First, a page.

Steve Belichick

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Steve Belichick
Steve Belichick.png
Belichick in Yackety Yack 1954,
North Carolina yearbook
Biographical details
Born(1919-01-07)January 7, 1919
Monessen, Pennsylvania, U.S.
DiedNovember 19, 2005(2005-11-19) (aged 86)
Annapolis, Maryland, U.S.
Playing career
1938–1940Western Reserve
1941Detroit Lions
1942Great Lakes Navy
Coaching career (HC unless noted)
1949–1952Vanderbilt (backfield)
1953–1955North Carolina (backfield)
1956–1989Navy (backfield/scout)
Head coaching record
Overall8–12–2 (football)
24–29 (basketball)
Accomplishments and honors
Case Western Reserve Hall of Fame (1976)[1]

Stephen Nickolas Belichick (January 7, 1919 – November 19, 2005) was an American football player, coach, and scout. He played college football at Western Reserve University, now known as Case Western Reserve University, from 1938 to 1940 and then in the National Football League (NFL) with the Detroit Lions in 1941. After serving in World War II, Belichick began his coaching career. From 1946 to 1949, he was the head football coach and the head basketball coach at Hiram College. He continued on as an assistant coach in college football with stints at Vanderbilt University (1949–1952), the University of North Carolina at Chapel Hill (1953–1955), and then for 34 years at the United States Naval Academy (1956–1989).

Belichick's son, Bill, is the current head coach of the NFL's New England Patriots. His grandsons, Stephen and Brian, serve as position coaches for the Patriots — outside linebackers and safeties, respectively.[2]

Playing career[edit]

After graduation from Struthers High School,[3] Belichick played college football at Western Reserve, now known as Case Western Reserve University, where he played at fullback. Most notably, he was a member of the 1938 team, who went a perfect 9–0, and the bowl-qualifying 1940 team, where he scored several touchdowns in his senior season.[4] During the school's first and only bowl game, the 1941 Sun Bowl victory over Arizona State, he scored the first touchdown of the game.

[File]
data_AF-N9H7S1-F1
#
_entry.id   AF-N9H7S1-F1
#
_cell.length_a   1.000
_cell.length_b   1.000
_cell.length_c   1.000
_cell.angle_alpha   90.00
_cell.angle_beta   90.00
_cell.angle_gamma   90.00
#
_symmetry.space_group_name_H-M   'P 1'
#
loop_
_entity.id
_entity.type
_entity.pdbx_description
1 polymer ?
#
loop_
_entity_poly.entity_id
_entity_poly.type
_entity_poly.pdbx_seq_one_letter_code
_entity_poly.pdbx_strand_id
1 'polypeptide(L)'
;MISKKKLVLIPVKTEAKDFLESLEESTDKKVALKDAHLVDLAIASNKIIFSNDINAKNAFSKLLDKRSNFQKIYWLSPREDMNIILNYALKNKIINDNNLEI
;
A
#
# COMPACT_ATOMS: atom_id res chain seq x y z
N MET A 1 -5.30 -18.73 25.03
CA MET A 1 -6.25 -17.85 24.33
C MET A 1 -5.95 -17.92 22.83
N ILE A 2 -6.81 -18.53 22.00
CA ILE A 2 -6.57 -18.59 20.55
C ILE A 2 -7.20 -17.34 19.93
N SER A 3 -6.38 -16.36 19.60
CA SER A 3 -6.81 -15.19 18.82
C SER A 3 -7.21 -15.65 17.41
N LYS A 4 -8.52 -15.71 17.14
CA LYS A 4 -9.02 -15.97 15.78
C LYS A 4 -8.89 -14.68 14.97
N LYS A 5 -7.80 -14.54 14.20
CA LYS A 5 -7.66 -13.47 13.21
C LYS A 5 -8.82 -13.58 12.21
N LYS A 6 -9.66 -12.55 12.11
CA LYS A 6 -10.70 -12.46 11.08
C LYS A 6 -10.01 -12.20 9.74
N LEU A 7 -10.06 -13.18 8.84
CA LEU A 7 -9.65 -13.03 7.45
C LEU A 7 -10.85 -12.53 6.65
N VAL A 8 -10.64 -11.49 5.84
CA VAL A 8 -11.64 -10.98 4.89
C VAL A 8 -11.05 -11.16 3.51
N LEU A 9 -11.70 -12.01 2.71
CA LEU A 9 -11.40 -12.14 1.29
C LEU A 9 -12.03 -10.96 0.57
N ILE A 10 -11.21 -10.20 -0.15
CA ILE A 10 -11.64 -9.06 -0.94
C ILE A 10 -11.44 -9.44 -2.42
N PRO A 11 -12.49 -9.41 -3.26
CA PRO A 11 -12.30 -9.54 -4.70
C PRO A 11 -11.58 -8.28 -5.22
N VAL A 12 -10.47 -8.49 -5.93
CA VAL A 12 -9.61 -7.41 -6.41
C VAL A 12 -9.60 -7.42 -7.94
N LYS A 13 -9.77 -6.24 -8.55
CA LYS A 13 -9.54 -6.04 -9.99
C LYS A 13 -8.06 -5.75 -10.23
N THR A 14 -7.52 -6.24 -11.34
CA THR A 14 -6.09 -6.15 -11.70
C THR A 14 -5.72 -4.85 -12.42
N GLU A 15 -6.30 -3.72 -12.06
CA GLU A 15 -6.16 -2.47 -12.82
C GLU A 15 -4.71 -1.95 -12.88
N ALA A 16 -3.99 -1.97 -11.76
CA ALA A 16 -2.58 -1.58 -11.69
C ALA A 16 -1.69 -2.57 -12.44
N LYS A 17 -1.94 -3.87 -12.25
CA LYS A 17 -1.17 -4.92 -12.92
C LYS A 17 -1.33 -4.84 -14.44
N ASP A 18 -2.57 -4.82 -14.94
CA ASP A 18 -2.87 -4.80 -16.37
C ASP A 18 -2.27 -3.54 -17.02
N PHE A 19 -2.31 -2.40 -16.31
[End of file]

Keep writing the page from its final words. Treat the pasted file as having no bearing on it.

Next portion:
After graduation, he worked as an equipment manager for the Detroit Lions. The team was struggling, and Belichick reportedly told the coach, Bill Edwards, "I can do better than most of the guys you've got."[5] Edwards, who had coached Belichick at Western Reserve, agreed, and signed him as a player. Although the team's fortunes did not improve, Belichick had some success, scoring a 65-yard punt return touchdown in a loss against the New York Giants.[5]

During a portion of his military time during World War II, Belichick played for the successful 1942 Great Lakes Navy Bluejackets football team.[6]

Coaching and scouting career[edit]

In 1942, Belichick joined the United States Navy, serving in both Europe and the Pacific.[7] After he completed his service in 1946, he became the head coach at Hiram College, southeast of Cleveland.[3] In 1949, he left Hiram to become the backfield coach at Vanderbilt University,[8] where he spent two seasons before joining the University of North Carolina as an assistant to George Barclay in 1953.[9] Both the Vanderbilt and North Carolina coaching jobs were alongside Belichick's former collegiate and professional head football coach, Bill Edwards.

In 1956, Belichick joined the United States Naval Academy staff under Eddie Erdelatz, where he served primarily as a scout for over 30 years. His book Football Scouting Methods (Ronald Press, 1962) became a standard, described by Charley Casserly as the best book on the subject he had read,[7] and by Bleacher Report as the "Bible" of football scouting.[10]

In 1982, Nick Saban was on the Navy football staff with Belichick.

Personal life[edit]